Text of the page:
After reading Hal Smith’s insightful piece on just how Sid Catlett plays on the 1943 record of O KATHARINA, I found myself wondering about this song that Eddie Condon had remembered as a special favorite of Bix Beiderbecke’s.
Or, to put it another way, who was KATHARINA and why did she make someone go OH? Or “O”?
Online I found the song’s lyrics (courtesy of the Duke University Libraries). Music by Richard Fall, lyrics by L. Wolfe Gilbert. Gilbert is known for WAITING FOR THE ROBERT E. LEE and RAMONA.
Readers of tender sensibilities will find that the cheerful anti-feminist and “weightist” stereotypes of the time offensive, but right now I am trying to sing along . . . with only limited success. I believe, incidentally, that the song has three parts — a “patter” section before the verse and chorus.
Again we have the Chauve Souris
They come to us from ‘cross the sea
With something new they always do
For me and you
A new contagious melody
The rage of London and Paree
They brought along
And now this song is going strong
For Balieff instructs them all
He makes you sing it with him
Before you go you’re bound to know
The melody and rhythm
And then next day while on your way
You hum and sing and long to play
Oh Heinie sailed from Rotterdam
He stopped off first at Amsterdam
To meet his bride then side by side
They took the ride across the sea
To Yankee land
He furnished up a flat so grand
And there she sat
So big and fat
Down at their flat
One night he took his wiffie out
They went to see the Follies
He thought that she was such a queen
Until he saw those Dollies
When they got home
He shook his head
Then to his wife he turned and said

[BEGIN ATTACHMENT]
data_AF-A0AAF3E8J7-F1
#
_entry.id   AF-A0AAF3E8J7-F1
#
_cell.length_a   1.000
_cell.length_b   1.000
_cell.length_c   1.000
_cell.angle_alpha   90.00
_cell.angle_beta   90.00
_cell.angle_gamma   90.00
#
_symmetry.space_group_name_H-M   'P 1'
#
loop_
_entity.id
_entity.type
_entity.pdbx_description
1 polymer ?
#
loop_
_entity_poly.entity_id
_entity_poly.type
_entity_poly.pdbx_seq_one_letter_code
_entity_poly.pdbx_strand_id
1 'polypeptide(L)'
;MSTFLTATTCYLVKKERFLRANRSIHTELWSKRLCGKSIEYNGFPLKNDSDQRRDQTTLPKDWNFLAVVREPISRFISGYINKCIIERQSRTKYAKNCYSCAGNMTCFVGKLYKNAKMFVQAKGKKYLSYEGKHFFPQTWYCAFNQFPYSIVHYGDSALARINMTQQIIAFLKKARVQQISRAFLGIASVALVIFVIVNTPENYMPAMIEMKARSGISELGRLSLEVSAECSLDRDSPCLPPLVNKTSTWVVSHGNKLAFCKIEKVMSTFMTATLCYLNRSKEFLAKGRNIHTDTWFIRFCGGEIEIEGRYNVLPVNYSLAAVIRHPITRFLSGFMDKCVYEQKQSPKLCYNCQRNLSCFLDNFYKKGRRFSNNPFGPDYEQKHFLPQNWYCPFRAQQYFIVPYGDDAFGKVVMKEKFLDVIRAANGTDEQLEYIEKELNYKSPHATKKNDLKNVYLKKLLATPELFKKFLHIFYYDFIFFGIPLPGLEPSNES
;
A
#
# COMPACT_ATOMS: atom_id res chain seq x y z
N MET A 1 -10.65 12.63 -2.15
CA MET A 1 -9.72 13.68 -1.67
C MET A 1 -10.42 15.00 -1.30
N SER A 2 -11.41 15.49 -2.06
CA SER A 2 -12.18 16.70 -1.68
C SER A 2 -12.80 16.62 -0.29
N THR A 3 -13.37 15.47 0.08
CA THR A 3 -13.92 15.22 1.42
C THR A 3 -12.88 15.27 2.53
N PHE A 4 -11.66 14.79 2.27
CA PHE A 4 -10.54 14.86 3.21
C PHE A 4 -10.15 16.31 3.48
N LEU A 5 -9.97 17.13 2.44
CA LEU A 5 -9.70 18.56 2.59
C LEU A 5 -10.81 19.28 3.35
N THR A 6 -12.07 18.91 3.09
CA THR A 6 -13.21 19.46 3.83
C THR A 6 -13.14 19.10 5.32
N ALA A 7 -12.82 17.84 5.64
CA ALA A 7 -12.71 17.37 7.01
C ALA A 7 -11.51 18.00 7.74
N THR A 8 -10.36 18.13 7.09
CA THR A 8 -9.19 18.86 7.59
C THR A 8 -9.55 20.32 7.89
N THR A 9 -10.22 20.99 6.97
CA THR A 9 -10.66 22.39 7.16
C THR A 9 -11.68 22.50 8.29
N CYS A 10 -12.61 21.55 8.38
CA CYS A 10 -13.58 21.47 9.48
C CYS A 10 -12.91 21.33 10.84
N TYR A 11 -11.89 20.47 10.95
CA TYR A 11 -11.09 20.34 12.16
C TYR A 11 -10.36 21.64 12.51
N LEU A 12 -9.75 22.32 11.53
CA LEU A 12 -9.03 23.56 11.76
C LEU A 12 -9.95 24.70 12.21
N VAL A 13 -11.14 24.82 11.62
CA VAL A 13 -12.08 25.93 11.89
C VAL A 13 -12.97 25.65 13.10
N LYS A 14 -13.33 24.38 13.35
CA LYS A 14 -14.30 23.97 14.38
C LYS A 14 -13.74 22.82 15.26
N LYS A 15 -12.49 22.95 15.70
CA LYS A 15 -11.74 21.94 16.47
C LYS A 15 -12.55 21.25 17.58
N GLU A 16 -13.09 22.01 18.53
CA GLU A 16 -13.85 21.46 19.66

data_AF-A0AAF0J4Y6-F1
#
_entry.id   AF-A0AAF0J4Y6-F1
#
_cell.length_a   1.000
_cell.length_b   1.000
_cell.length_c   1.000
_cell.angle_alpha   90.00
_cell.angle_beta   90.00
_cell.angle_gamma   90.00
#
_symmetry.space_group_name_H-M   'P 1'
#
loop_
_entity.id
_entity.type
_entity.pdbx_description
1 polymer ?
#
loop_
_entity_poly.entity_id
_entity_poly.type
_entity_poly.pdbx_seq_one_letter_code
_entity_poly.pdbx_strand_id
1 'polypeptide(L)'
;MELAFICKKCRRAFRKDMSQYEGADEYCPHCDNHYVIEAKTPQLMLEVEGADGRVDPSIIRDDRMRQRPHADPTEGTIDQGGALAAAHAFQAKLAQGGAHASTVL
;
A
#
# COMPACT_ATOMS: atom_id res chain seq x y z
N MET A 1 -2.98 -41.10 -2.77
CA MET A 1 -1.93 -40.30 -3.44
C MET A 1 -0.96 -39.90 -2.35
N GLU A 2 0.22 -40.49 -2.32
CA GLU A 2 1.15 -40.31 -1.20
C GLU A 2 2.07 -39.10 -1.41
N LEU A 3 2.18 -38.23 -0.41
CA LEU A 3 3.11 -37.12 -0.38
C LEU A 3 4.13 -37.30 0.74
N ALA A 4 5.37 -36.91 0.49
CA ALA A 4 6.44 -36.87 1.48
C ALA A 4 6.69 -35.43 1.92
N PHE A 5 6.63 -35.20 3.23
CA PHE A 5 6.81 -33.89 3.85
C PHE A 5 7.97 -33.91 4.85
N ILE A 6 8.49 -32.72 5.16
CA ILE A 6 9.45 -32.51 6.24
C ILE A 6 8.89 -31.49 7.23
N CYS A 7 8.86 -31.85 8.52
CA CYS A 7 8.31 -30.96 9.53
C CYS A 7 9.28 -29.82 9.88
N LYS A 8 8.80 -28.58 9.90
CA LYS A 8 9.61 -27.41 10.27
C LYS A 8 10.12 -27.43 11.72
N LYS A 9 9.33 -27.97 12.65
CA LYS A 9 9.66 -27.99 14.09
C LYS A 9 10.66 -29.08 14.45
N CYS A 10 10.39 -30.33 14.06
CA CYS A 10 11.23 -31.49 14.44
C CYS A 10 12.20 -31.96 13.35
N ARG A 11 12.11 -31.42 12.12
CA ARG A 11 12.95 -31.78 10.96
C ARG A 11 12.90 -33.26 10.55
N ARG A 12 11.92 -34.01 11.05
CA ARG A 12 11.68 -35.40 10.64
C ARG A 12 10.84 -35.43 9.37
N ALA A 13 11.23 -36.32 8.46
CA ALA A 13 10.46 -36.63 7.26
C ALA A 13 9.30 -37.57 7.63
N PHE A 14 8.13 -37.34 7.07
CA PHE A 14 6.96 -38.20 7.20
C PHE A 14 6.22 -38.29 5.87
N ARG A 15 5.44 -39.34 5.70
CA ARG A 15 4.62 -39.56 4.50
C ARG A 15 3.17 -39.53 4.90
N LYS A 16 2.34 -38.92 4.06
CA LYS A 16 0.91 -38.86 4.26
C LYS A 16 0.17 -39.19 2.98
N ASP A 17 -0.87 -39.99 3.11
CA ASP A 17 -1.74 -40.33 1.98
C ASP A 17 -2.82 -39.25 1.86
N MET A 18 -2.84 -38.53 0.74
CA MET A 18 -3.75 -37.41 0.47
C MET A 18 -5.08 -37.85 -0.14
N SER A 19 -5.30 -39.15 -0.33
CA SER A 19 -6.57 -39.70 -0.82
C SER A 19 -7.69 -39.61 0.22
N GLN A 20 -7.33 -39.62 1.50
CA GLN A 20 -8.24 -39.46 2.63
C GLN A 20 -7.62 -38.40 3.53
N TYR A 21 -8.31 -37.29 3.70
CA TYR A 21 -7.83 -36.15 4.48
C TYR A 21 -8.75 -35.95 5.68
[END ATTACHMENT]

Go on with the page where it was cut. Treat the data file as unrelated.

O Katharina, O Katharina
O Katharina, O Katharina, to keep my love you must be leaner
There’s so much of you and
Two could love you
Learn to swim, join a gym, eat farina
O Katharina, unless you’re leaner I’ll have to build a big arena
You’re such a crowd, my Katharine
I got a lot when I got you.
(In the second chorus, a summary tells me, Katharina loses weight and gets so appealing that all Heinie can say, admiringly, is “O KATHARINA!” In the spirit of fairness, we never find out how much he weighs. The patriarchy set to music and all that, of course.)
Delving deeper into these matters, I asked Lorna Sass — jazz photographer by night, Grain Goddess and Queen of Pressure Cooking by day — for her opinion of farina. She told me that perhaps Gilbert needed an easy rhyme for the heroine’s name. “Farina isn’t a diet food,” she said, “but maybe it was healthier than what Katharina usually ate. But farina isn’t a whole grain — too much is removed in the processing to make it shelf-stable forever.” (That’s Lorna’s award-winning WHOLE GRAINS EVERY DAY, EVERY WAY.)
I’m surprised and amused that “join a gym” was a common phrase as far back as 1924.
The sheet music advertises O KATHARINA as an all-purpose song: “Walk-Around One-Step Song or Shimmy Fox-Trot,” which covers all the possibilities. And since it was part of the CHAUVE-SOURIS (“The Bat”) touring revue supervised by Balieff, this song is an early example of a piece of art referring to itself, very modernistic for the time.
I can hear Bix and the Wolverines taking this one on, and perhaps Joe Oliver had his own version — Jess Stacy remembered Papa Joe playing UKULELE LADY, so he was not averse to pop songs of the day. Hal Smith thinks of Doc Cook and Freddie Keppard: the bands must have had a good time with this one. (There’s a Sam Wooding recording of the tune made in Berlin in 1925, available on the Red Hot Jazz website.)
P.S. Hooray for “finding-out-new-things,” a gratifying activity that doesn’t stop when you graduate . . . !